Plug-in Electric 2- and 3-Wheeled Vehicles [IRC §30D(g)]
Under prior law, the Electric Vehicle Credit for low-speed vehicles, motorcycles, and 3-wheeled vehicles under IRC section 30 expired for vehicles acquired after 2011. Likewise, the Electric Vehicle Conversion Kit Credit under IRC section 30B(i) expired for conversions made after December 31, 2011.
New Law: The new law reforms and extends for two years, through the end of 2013, the tax credit for highway-capable plug-in motorcycles and 3-wheeled vehicles. The new law replaces the 10% tax credit that expired at the end of 2011 for plug-in electric motorcycles, 3-wheeled vehicles and low-speed vehicles. Thus, the new law repeals the ability for golf carts and other low-speed vehicles to qualify for the credit.
The new credit amount is the lesser of 10% of the cost of the qualified 2- or 3-wheeled plug-in electric vehicle, or $2,500. A qualified 2- or 3-wheeled plug-in electric vehicle means any vehicle which:
- Has 2 or 3 wheels (cannot be 1, 4, or 18 wheels, etc.),
- The vehicle is purchased new (original use by taxpayer),
- The vehicle is acquired for use or lease by the taxpayer and not for resale,
- The vehicle must be made by a manufacturer (not a homemade vehicle),
- Gross vehicle weight must be less than 14,000 pounds,
- The vehicle must be propelled to a significant extent by an electric motor which draws electricity from a battery which (1) has a capacity of not less than 2.5 kilowatt hours, and (2) is capable of being recharged from an external source of electricity (such as being plugged into a home electrical outlet),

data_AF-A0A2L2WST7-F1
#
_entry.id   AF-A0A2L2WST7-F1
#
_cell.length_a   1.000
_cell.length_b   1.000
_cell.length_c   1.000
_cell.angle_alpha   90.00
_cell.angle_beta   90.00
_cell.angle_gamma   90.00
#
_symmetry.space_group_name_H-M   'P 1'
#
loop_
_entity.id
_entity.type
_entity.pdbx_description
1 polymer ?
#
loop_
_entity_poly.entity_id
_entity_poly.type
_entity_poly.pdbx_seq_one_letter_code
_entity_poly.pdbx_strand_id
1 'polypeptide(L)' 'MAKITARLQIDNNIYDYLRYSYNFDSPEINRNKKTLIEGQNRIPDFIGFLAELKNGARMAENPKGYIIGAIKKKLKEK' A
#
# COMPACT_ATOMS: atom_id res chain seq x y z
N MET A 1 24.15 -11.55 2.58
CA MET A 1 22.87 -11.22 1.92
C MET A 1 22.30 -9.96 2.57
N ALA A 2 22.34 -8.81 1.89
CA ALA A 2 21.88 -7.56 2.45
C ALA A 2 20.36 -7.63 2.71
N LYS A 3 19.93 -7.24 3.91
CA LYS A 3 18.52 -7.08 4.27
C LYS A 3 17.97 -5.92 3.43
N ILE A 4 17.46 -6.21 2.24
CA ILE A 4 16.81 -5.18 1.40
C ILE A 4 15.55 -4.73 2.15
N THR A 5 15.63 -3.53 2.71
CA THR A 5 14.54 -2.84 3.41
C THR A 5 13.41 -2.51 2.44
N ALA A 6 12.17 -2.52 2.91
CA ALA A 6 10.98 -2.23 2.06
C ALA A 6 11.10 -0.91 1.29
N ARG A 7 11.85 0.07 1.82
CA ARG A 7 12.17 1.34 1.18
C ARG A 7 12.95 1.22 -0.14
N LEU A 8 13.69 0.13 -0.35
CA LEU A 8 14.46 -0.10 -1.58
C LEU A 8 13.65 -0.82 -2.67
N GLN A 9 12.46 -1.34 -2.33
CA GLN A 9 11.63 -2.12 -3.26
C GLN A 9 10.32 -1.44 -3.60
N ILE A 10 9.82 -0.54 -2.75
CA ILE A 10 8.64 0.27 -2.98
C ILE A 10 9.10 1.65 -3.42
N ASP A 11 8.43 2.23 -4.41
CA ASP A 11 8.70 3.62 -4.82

- The vehicle is manufactured primarily for use on public streets, roads, and highways (has to be street legal)
- The vehicle is capable of achieving a speed of 45 miles per hour or greater, and is acquired after December 31, 2011 and before January 1, 2014.
Roth Conversions for Retirement Plans
Under current law, a deferral plan under section 401(k) (including the Thrift Savings Plan), 403(b) or 457(b) governmental plan can have Roth accounts that allow participants to save on a Roth basis. That is, they can make after-tax contributions to the plan and all the principal and earnings are tax free when distributed. Plans can currently allow participants to convert their pre-tax accounts to Roth accounts, but only with respect to money they have a right to take out of the plan, usually because they have reached age 59½ or separated from service. The new law allows any amount in a non-Roth account to be converted to a Roth account in the same plan, whether or not the amount is distributable. The amount converted would be subject to regular income tax under the Roth conversion rules.
Disclaimer: Electrical Distributor Consulting is not a law firm, CPA, or affiliated with the IRS. We are Electrical Distributors sharing our knowledge and experience to help improve distributors looking to go to the next step. Please seek the advice of your local professional to see how these tax code changes may affect you.